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NSKK NEWSLETTER distributed by
The Nippon Sei Ko Kai
(Anglican Episcopal Church in Japan)
Sri (Shining) Lanka (Island) Now
Michiko Kikawada, Layperson of Tanabe Anglican Church
JAPAN 060403-2
April 3, 2006

Visiting the Site of the Tsunami and an Internal War

[The Nippon Sei Ko Kai - Japan] In July of 2005, 6 months after the Indian Ocean Tsunami I had an opportunity to visit Sri Lanka as a member sent from NSKK. The purpose was a fact-finding mission to determine the damage of the Tsunami. The trip was sponsored by CCA. It takes about 8 hours by airplane to Sri Lanka from Japan.

We visited about halfway around the coast of the country of Sri Lanka within 9 days. In Telwatta, a town located in the southern part, 2000 people were swept away by the Tsunami as well as whole trains. While we were near the railroad, local women came to us. One of these women showed us a stack of pictures and albums. She pointed to them and started talking: “This is my husband, this is his daughter just after she was married. This is our son who just got back from the work away from home. This is our neighbor.” She spoke English and looked to be a leader of the community. She talked and talked in an accusing tone and I felt her anger in her talk. The sympathy money, which should be paid monthly from the government, has ceased and those who beg have been increasing.

When we visited the eastern area, we heard the Tamil tribe, a minority in this country, complaining, “The government does nothing for us.”

There were enormous NGO groups helping Tsunami casualties, but they did not build a closer connection with local people. Also the connection among NGO groups was unsatisfactory. This we heard from local people.

In southern community near Tangalla, a temple was the center of all functions for the community. But most of the temple had been flooded and precious Buddhistic sutras even priests’ vestments were lost. It was being rebuilt when we visited there.

I learned that the area had been very active concerning human rights. It has an ecumenical organization with all Christians, as well as Muslims and sisters of Anglican Communion. They had started before the Tsunami attack and continue to cooperate to restore the community. “They are our future,” One of the tour members told me. I really agreed.

We passed through many check points. As we came closer to the base of LTTE (Separation and Independence Movement of Tamil tribe) located in the northern part, the checkpoint was on a grand scale like a fort. Even in the downtown of Colombo, all soldiers with guns were patrolling in the dark and that made us so nervous.

During the tour, we met a trading company employee from Japan. He was checking the damaged roads and bridges to get a business opportunity sponsored by the Official Development Assistance of the Japanese Government. After we met him we moved to the western part of the country where a shrimp-farming place was located. We realized that more greedy businesses existed there.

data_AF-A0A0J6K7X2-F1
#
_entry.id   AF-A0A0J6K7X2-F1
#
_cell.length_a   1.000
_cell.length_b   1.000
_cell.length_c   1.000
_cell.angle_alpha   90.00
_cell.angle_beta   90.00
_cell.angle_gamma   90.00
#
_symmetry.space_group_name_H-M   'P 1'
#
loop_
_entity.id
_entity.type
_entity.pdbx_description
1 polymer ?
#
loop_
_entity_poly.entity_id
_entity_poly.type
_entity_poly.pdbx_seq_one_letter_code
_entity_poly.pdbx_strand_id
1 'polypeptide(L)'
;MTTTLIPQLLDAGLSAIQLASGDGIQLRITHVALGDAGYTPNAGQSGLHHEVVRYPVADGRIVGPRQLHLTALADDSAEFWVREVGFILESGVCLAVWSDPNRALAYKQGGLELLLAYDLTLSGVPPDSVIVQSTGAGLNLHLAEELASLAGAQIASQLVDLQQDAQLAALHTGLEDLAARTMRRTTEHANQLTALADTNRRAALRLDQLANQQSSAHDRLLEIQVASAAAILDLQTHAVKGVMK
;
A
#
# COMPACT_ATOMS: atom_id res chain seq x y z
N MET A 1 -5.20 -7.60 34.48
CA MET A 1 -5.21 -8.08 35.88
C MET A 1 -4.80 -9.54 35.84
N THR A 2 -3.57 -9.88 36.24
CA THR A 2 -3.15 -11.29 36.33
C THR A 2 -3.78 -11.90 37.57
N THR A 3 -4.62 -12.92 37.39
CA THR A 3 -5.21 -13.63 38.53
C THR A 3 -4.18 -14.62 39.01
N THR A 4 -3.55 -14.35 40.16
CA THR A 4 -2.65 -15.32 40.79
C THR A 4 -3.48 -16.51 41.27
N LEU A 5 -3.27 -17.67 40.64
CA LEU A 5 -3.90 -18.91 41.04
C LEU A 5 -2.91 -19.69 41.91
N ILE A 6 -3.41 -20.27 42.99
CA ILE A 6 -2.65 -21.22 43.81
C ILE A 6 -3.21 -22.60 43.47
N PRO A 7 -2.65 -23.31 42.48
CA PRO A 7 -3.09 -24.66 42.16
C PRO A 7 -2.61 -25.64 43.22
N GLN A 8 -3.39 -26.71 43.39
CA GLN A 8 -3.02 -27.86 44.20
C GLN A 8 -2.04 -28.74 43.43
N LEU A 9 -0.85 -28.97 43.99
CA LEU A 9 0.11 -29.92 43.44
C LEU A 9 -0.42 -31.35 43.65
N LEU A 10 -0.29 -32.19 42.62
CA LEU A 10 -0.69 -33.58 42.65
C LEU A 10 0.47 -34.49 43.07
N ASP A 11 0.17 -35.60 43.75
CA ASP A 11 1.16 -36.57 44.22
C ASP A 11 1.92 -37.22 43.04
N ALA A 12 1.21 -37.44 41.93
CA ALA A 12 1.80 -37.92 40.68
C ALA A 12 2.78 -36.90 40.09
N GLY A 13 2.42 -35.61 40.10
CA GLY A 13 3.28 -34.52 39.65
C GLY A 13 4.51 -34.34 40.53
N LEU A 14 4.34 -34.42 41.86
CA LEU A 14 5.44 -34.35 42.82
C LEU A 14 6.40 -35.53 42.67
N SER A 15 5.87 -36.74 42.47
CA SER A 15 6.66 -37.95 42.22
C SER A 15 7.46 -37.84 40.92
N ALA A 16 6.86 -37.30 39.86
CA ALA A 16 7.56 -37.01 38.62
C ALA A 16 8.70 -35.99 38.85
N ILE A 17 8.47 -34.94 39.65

People had changed the huge mangrove forest into the shrimp-farming pond for the purpose of paying back the national debts. But because of shrimp diseases, the effect of chemical substances and salt damages, shrimp farming was ended unsuccessfully. Only barren land that grew no grass and a ghost town were left. If the mangrove forest could remain, it would contain good fishing spots, but now it has become a huge barren land where the people cannot even get their drinking water.

It takes enormous cost and time to restore the lost nature to its original form. The cost is higher than destroying it. Those who wanted the shrimp were Japanese, ourselves. We had nothing to do with these changes of farming ponds directly. However, the people of this country already had the debts and they were further burdened with negative assets. I couldn’t contain myself for thinking about it.

The economy of this country has been supported by assistance from foreign countries, migrant workers, plantation farmers, the clothing industry and the cheap workforce. The development of tourism brought many problems including sex business with even children. The Tsunami created additional causes for these circumstances. Are we standing on the people’s side of Sri Lanka or are we on the exploited class side? The response is obvious. The Tsunami was a real disaster. If the so-called developed countries including Japan (Japan has been partly a bearer of the world’s riches) do not change their way of thinking and their structures for assistance, the severe circumstances of Sri Lanka will never fundamentally change.

Sri (shining) Lanka (island) is literally a beautiful and fascinating country. By helping this country become self sufficient, we have to learn so many realities. All that I experienced through this tour.